Immature rats (10/sex/dose) were administered calcitriol once daily for a minimum of six weeks beginning on postnatal day 15. At doses of 0, 0.02, 0.06 and 0.20 µg/kg/day, no evidence of toxicity attributable to calcitriol administration was noted. The "no-effect" level was determined to be 0.20 µg/kg/day in these animals.
Dogs (3/sex/dose) were injected intramuscularly with calcitriol at dosage levels of 0, 0.02, 0.06 and 0.21 µg/kg/day for 14 days. There were no deaths in the study. Thinness, dehydration, decreased activity, ocular discharge, decreased body weight and food consumption were observed at 0.06 and 0.21 µg/kg/day. Significantly elevated serum calcium levels were noted at the two higher dosage levels (0.06 and 0.21 µg/kg/day). Calcium deposition was not evident in the tissues at any dosage level. Therefore, a dosage of 0.02 µg/kg/day was considered to be the maximum-tolerated dose in this study.
Calcitriol was given i.v. into an ear vein in rabbits at doses of 5 µg/kg which is ten times the proposed maximum dosage. Calcitriol was found not to be irritating to veins.
Fertility and General Reproductive Performance
Calcitriol was administered orally to male rats for 60 days prior to mating and to female rats (24/dosage) from 14 days prior to mating until sacrifice of the females either on gestation day 13 or on lactation day 21. Dosages tested were 0, 0.002, 0.08 and 0.30 µg/kg/day. No adverse effects on either fertility or neonatal development were noted. All Fo generation animals survived. It was concluded that under the conditions of this study there were no adverse effects observed on either reproductive parameters or the pups themselves at dosages as great as 0.30 µg/kg/day of calcitriol.
Calcitriol was orally administered to pregnant rats (20/dosage) from gestation day 7 to gestation day 15. Dosages tested were 0 (control), 0.02, 0.08 and 0.30 µg/kg/day. Numbers of fetuses, implantation sites and resorption sites were counted. Fetuses were weighed and examined for external abnormalities. One-third of the fetuses in each litter were examined for visceral abnormalities, two-thirds of the fetuses in each litter were prepared for skeletal evaluation.
Maternal weight gain was significantly reduced in dams receiving 0.3 µg/kg/day. No biologically significant adverse effects on rat embryonic or fetal development were observed at any of the tested dosages. There was no evidence that calcitriol was teratogenic in rats.
Calcitriol was orally administered to pregnant rabbits from gestation day 7 to gestation day 18. Dosages tested were 0, 0.02, 0.08 and 0.30 µg/kg/day for 31, 16, 15 and 16 rabbits respectively. Numbers of live or dead pups, resorption sites, corpora lutea and implantation sites were recorded. Fetuses were examined for external abnormalities, dissected to check for visceral abnormalities and prepared for skeletal evaluation.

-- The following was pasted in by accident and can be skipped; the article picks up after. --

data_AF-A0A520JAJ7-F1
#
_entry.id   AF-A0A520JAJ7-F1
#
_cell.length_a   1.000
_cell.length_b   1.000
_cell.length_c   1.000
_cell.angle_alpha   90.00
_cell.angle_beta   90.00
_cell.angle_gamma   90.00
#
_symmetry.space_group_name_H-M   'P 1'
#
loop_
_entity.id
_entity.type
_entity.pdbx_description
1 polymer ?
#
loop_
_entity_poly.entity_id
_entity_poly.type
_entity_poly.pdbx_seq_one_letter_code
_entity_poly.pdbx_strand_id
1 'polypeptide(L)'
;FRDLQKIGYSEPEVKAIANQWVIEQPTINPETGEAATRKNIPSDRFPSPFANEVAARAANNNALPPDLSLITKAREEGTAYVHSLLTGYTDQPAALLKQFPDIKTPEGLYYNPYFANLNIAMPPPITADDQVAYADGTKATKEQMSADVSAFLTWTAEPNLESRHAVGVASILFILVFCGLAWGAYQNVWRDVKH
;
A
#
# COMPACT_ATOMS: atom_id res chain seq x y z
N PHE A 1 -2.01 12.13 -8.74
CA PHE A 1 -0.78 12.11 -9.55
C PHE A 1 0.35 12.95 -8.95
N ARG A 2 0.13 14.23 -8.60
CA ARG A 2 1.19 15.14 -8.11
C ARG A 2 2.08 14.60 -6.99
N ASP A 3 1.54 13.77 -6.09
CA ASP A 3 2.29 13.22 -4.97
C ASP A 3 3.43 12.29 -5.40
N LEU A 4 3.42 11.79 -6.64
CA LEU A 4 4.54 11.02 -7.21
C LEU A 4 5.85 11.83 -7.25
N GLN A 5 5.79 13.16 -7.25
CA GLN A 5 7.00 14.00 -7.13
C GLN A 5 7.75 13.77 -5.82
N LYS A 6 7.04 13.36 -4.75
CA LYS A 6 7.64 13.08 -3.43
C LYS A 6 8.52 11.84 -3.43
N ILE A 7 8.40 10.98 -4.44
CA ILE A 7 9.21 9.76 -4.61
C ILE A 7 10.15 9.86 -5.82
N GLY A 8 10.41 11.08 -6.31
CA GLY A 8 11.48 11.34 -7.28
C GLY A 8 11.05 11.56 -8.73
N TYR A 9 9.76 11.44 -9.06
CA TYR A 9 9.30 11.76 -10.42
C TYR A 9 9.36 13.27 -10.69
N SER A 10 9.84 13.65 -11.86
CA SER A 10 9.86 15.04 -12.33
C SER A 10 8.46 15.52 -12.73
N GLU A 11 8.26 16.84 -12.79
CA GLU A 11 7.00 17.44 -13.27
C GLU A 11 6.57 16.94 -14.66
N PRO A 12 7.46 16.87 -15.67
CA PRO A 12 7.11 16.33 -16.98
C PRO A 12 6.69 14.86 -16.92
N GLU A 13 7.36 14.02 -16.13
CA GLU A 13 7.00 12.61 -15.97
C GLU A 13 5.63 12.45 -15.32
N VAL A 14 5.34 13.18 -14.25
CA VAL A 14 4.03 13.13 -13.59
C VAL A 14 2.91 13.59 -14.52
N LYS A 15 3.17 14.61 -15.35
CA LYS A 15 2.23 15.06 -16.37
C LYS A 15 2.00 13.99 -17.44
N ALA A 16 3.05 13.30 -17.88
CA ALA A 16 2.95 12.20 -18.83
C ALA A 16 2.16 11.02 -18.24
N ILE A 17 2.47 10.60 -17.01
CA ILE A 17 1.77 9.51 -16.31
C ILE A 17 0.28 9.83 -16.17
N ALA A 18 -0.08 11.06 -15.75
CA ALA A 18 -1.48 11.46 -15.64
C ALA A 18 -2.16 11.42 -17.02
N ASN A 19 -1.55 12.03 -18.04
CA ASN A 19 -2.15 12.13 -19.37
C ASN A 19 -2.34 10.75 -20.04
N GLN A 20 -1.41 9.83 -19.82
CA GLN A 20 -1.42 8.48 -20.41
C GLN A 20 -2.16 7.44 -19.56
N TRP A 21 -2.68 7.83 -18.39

Marked weight loss occurred among high-dose dams; 3 high-dose animals died - 2 clearly as a result of hypervitaminosis D. The mean litter size was reduced and the resorption frequency was increased among high -dose dams. Although not statistically significant, these changes were considered to be biologically significant by the authors. The percentage of viable pups that survived 24 hours of incubation was significantly decreased at the highest dose. The average fetal body weight was slightly reduced at this dosage as well. While the overall incidence of external, visceral and skeletal anomalies was comparable among all groups, one entire litter in each of the 0.08 and 0.30 µg/kg groups exhibited multiple external malformations. These malformations included open eyelids, microphthalmia, cleft palate, reduced long bones, gnarled paws, pes caves, shortened ribs and sternebral defects in 9 mid-dose fetuses and open eyelids, reduced long bones and shortened ribs in 6 high-dose fetuses. The authors concluded that while the low incidence of litters involved, the lack of clear dose-response and the lack of statistical significance made it uncertain that these abnormalities were related to calcitriol administration this possibility could not be discounted.
Perinatal and Postnatal Studies
Calcitriol was orally administered to pregnant rats (20/dosage) from gestation day 15 through day 21 of lactation. Dosages tested were 0, 0.02, 0.08 and 0.30 µg/kg/day. Hypercalcemia and hypophosphatemia were noted in dams receiving 0.08 and 0.30 µg/kg/day. Serum sampled from pups on postnatal day 21 was hypercalcemic in both the mid- and high-dose groups. Aside from this, no adverse effects on reproduction or pup growth and survival were observed at the tested dosages.
There was no evidence of mutagenicity as studied by the Ames Method. Concentrations as high as 1000 µg were found to be non mutagenic to Salmonella strain.